Spotify, new music and Mumford & Sons

I spotted this on the Guardian website earlier:

New Mumford & Sons album Babel is fastest seller of 2012 in UK and US. Band also smash Spotify streaming record, confounding critics of the service

via The Guardian

It raises a couple of interesting thoughts.

Firstly, Spotify.

I know a fair few people and musicians who refuse to use Spotify, on the basis that it devalues music, and that they (in the case of the musicians and bands) get a pitiful amount of money per play on Spotify and how it’s eating into music sales etc etc.

For me, Spotify is a fabulous tool for finding new music. I’ll browse around, have a listen, and if I like it, I’ll buy it. Not necessarily through Spotify, and not from iTunes – a long-held dislike for their insistence that if I buy something on iTunes, I can’t listen to it on whatever device I like. Grrr.

I’ve bought a ton of music as a direct result of finding music on Spotify. Long may it continue.

The second point is sheer bafflement at the amount of Mumford & Sons vitriol in the comments. Now, I quite like their particular blend of guitar/banjo/folk-laden tunes. And the criticism that this album is too much like their last album just makes me think so what? I rather liked their last album. If they want to carry on making that sort of music, good luck to them.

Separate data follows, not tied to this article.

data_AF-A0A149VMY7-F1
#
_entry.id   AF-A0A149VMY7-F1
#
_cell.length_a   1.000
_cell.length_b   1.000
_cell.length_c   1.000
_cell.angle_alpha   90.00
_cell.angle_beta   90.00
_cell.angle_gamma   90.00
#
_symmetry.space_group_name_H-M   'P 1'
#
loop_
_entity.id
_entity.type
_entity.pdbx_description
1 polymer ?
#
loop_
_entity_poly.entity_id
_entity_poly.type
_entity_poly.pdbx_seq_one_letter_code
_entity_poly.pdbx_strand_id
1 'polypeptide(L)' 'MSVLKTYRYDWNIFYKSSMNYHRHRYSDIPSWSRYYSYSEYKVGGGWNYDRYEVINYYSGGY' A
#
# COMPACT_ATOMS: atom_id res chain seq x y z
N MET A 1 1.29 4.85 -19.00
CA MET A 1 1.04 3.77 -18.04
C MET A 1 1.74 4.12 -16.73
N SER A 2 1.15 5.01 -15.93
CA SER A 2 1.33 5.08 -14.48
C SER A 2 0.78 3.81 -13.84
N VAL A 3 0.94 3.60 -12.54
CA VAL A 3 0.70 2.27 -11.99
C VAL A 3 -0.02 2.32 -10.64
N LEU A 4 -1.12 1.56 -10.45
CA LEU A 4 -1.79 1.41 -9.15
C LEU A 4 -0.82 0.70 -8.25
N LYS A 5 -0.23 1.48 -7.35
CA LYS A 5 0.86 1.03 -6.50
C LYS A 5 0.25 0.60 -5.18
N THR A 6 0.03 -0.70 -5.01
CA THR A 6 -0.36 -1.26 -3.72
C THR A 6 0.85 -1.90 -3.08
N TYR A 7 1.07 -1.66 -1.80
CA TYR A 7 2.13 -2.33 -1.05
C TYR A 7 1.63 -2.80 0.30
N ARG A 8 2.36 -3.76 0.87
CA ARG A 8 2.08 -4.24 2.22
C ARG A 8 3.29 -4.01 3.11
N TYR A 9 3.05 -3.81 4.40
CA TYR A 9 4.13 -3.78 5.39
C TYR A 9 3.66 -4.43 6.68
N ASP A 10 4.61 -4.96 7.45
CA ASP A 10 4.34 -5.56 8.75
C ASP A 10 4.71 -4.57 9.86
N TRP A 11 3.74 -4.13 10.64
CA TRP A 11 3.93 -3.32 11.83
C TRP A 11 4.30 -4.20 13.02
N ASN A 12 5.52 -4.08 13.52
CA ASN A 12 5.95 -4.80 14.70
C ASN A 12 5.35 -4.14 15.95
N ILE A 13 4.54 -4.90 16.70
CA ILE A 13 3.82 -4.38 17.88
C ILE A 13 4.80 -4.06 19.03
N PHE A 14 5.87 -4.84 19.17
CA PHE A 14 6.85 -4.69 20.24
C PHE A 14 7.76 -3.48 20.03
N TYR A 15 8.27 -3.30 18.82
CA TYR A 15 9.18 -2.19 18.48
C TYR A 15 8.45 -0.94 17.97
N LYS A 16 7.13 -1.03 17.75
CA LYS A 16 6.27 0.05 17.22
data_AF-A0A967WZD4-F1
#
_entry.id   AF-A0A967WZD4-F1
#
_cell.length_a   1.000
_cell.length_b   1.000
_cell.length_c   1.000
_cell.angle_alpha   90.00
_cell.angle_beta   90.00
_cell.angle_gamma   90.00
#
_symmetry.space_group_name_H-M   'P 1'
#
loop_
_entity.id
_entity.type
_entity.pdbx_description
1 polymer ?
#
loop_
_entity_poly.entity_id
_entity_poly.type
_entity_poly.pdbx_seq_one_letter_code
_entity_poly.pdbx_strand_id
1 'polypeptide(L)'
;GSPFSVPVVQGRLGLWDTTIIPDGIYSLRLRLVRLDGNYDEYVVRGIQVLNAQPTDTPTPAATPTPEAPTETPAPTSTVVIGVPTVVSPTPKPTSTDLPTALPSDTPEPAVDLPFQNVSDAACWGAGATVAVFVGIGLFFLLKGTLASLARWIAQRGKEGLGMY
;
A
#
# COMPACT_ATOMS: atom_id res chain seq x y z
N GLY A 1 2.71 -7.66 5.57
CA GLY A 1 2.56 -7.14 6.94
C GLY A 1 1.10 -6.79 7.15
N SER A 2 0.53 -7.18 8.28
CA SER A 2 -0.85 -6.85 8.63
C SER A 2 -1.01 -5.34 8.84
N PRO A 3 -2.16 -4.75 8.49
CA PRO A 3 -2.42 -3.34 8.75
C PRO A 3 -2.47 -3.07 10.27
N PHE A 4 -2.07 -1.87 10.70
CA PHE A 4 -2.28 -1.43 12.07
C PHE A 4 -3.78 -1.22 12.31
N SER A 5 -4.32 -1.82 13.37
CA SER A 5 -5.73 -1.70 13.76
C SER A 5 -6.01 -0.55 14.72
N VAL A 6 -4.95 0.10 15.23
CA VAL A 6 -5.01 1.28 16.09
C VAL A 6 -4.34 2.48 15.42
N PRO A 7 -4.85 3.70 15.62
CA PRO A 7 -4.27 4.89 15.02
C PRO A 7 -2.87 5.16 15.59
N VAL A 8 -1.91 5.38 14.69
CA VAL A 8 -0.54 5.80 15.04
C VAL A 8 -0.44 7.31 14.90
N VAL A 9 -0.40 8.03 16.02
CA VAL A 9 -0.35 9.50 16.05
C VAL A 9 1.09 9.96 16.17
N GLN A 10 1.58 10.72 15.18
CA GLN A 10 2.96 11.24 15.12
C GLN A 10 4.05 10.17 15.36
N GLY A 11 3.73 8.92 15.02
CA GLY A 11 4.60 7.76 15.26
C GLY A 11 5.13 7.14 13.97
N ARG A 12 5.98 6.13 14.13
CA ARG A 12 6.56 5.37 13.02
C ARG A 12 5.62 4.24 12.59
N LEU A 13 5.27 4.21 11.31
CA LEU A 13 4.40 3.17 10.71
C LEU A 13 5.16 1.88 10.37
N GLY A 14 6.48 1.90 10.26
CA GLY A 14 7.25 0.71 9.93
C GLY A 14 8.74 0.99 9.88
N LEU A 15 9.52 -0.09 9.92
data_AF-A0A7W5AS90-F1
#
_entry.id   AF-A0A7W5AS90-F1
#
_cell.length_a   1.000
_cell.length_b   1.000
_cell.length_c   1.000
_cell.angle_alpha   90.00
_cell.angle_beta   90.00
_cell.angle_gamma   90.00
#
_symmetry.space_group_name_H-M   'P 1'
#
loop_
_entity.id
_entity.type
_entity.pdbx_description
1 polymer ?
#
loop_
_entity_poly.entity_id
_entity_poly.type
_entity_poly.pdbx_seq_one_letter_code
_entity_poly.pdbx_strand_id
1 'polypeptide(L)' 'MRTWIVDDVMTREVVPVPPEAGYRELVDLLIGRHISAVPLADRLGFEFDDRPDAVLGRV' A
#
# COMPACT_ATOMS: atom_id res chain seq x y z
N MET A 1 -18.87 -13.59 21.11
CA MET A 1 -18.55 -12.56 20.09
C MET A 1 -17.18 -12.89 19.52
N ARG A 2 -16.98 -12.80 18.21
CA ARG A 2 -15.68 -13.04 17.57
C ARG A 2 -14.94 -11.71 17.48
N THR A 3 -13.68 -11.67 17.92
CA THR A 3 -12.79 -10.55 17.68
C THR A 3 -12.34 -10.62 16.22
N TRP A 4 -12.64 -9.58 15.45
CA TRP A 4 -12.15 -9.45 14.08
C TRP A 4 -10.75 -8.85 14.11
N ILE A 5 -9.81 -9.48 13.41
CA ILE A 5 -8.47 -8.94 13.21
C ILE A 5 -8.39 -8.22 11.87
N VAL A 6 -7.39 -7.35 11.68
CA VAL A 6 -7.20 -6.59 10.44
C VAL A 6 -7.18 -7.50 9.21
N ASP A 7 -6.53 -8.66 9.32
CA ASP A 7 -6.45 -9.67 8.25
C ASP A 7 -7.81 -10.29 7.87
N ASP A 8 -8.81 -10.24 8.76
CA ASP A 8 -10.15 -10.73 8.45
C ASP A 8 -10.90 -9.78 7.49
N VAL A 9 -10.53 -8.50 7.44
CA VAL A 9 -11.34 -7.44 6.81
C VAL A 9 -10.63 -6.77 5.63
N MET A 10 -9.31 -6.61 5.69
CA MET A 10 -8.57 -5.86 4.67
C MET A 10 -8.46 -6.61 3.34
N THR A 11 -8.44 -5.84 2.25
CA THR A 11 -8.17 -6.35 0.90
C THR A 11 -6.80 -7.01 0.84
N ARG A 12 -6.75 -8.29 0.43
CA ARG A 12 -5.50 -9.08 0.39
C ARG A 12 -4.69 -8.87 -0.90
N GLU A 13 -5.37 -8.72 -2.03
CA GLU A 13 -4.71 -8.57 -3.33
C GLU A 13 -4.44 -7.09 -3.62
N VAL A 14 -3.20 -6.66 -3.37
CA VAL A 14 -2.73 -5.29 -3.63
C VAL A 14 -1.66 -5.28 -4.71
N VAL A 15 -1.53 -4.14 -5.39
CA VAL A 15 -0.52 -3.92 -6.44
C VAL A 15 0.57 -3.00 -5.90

And if you don’t like that sort of music, as the majority of commenters on that piece seem to, then the answer is simple.

Listen to something else.

Have a browse around Spotify. They’ve got loads.

Just remember: if you find something you like, buy it, ok?

Author: dave

Book reviewer, occasional writer, photographer, coffee-lover, cyclist, spoon carver and stationery geek.

4 thoughts on “Spotify, new music and Mumford & Sons”

  1. Okay, I have to come out as a Spotify user too, but to be fair, most of the artists I listen to there are not ones I want a whole album by. That it introduces me to tracks that I *love* and want to buy is awesome, but I don’t tend to do the whole album thing.

    I’m not really into Mumford & Sons stylings myself, but leaving negative comments for something that I know I’m not into is, well, yeah, point being? To say their sound is like how they sound? Good grief, read Marillion’s forum. They’ve had “you sound/don’t sound exactly like you sounded twenty years ago!” thrown at them for all that time. Hasn’t made them have a less viable career which is enjoyed by many.

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